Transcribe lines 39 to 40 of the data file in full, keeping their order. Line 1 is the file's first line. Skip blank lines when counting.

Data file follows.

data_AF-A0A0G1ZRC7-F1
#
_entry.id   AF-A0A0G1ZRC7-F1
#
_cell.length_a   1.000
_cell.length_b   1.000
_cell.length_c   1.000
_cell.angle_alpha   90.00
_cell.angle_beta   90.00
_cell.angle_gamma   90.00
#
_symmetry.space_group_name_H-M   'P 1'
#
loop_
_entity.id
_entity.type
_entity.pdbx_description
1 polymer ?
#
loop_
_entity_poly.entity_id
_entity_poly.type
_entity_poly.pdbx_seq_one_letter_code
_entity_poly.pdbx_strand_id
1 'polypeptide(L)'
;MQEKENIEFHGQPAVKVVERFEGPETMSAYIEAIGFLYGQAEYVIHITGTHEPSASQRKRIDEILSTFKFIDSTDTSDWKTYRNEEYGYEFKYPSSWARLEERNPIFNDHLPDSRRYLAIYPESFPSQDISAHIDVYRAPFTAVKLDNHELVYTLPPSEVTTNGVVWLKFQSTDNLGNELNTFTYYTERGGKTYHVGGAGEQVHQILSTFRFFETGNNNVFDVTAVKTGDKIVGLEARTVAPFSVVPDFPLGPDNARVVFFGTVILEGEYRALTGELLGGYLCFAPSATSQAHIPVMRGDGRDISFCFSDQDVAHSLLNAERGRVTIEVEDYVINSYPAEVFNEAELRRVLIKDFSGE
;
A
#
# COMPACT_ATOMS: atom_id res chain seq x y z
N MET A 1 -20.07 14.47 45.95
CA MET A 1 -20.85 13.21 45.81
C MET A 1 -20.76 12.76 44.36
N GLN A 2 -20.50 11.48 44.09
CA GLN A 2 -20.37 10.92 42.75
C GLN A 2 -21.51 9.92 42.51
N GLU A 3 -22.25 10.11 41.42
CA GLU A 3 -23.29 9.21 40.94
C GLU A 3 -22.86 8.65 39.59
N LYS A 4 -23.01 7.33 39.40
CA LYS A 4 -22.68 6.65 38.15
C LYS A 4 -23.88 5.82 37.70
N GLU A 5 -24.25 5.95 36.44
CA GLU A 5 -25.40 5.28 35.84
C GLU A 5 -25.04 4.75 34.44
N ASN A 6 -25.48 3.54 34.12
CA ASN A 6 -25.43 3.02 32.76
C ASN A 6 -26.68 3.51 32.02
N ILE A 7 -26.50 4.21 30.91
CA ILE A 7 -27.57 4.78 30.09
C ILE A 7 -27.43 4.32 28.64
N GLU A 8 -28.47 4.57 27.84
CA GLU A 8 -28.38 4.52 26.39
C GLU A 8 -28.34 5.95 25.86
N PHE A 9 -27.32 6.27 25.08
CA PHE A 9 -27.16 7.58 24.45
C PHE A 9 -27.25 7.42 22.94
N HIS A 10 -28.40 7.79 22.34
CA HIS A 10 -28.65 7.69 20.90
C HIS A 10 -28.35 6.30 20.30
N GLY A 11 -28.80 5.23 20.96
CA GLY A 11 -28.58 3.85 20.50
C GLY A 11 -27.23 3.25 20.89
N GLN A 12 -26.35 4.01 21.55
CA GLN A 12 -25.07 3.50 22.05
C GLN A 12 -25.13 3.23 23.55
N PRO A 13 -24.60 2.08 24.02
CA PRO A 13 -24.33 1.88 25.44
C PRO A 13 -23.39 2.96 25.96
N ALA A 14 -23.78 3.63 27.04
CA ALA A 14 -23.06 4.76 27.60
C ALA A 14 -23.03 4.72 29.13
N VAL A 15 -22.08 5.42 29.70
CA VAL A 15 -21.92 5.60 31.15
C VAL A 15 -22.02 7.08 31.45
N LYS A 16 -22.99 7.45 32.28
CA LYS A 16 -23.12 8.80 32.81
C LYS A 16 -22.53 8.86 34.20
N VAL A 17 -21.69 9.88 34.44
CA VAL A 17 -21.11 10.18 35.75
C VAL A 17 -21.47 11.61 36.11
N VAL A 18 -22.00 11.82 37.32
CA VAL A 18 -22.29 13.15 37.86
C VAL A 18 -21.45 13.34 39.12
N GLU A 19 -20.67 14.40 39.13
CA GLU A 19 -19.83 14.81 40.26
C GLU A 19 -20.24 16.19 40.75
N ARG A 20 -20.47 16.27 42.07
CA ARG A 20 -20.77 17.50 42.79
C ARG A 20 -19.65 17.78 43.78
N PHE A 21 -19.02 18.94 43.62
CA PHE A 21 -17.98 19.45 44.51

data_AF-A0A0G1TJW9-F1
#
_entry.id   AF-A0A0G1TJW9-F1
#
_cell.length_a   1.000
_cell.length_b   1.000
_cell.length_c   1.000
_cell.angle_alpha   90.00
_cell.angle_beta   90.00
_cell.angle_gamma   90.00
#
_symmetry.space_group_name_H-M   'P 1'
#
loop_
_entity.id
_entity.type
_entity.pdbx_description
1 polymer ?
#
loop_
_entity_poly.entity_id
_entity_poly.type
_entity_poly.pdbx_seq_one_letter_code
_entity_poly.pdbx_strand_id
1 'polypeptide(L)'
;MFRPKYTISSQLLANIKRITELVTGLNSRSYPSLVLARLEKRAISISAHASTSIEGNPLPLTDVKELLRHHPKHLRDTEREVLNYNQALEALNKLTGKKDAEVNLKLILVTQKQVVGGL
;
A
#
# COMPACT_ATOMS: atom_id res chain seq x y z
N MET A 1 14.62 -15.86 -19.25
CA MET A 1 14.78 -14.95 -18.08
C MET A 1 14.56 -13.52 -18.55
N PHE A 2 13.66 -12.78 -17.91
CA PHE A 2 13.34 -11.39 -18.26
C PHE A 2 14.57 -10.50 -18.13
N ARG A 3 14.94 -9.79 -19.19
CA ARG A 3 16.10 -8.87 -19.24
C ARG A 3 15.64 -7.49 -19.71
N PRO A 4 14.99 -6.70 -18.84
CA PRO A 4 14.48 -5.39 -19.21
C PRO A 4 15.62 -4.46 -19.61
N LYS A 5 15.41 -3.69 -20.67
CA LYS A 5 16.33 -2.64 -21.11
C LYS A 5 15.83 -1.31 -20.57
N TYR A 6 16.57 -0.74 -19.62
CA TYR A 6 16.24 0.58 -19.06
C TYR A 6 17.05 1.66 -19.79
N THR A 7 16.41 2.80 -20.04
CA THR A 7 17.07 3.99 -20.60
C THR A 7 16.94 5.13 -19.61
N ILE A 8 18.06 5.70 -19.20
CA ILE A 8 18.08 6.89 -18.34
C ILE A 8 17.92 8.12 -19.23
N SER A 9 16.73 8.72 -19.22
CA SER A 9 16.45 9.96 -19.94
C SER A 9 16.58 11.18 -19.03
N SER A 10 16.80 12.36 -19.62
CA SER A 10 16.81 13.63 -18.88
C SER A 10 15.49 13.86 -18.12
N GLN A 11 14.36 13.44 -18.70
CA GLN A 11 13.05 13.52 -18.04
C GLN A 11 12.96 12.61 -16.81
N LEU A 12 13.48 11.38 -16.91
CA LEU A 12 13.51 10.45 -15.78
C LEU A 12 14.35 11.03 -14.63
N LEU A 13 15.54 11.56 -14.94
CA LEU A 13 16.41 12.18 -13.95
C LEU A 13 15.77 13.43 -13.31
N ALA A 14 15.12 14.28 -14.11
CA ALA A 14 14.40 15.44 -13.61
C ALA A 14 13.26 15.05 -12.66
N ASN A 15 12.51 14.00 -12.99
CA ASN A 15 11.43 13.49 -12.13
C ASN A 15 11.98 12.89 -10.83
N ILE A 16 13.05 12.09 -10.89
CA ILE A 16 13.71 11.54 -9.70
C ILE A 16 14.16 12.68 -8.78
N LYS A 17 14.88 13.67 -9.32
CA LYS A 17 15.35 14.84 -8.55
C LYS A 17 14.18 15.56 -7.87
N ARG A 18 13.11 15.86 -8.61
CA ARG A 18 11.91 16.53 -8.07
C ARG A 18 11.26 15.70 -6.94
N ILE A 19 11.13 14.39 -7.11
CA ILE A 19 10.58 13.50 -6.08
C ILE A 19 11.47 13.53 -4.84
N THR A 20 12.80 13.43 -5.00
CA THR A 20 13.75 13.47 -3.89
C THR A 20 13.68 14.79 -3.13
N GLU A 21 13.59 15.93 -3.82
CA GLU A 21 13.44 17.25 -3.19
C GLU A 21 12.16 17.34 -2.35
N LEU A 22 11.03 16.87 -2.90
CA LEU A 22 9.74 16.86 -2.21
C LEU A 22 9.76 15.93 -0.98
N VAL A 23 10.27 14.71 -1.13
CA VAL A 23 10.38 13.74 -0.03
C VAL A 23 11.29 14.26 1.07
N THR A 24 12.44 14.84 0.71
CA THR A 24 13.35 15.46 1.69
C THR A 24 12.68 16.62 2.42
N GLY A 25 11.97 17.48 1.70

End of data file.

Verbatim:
C GLU A 3 -22.86 8.65 39.59
N LYS A 4 -23.01 7.33 39.40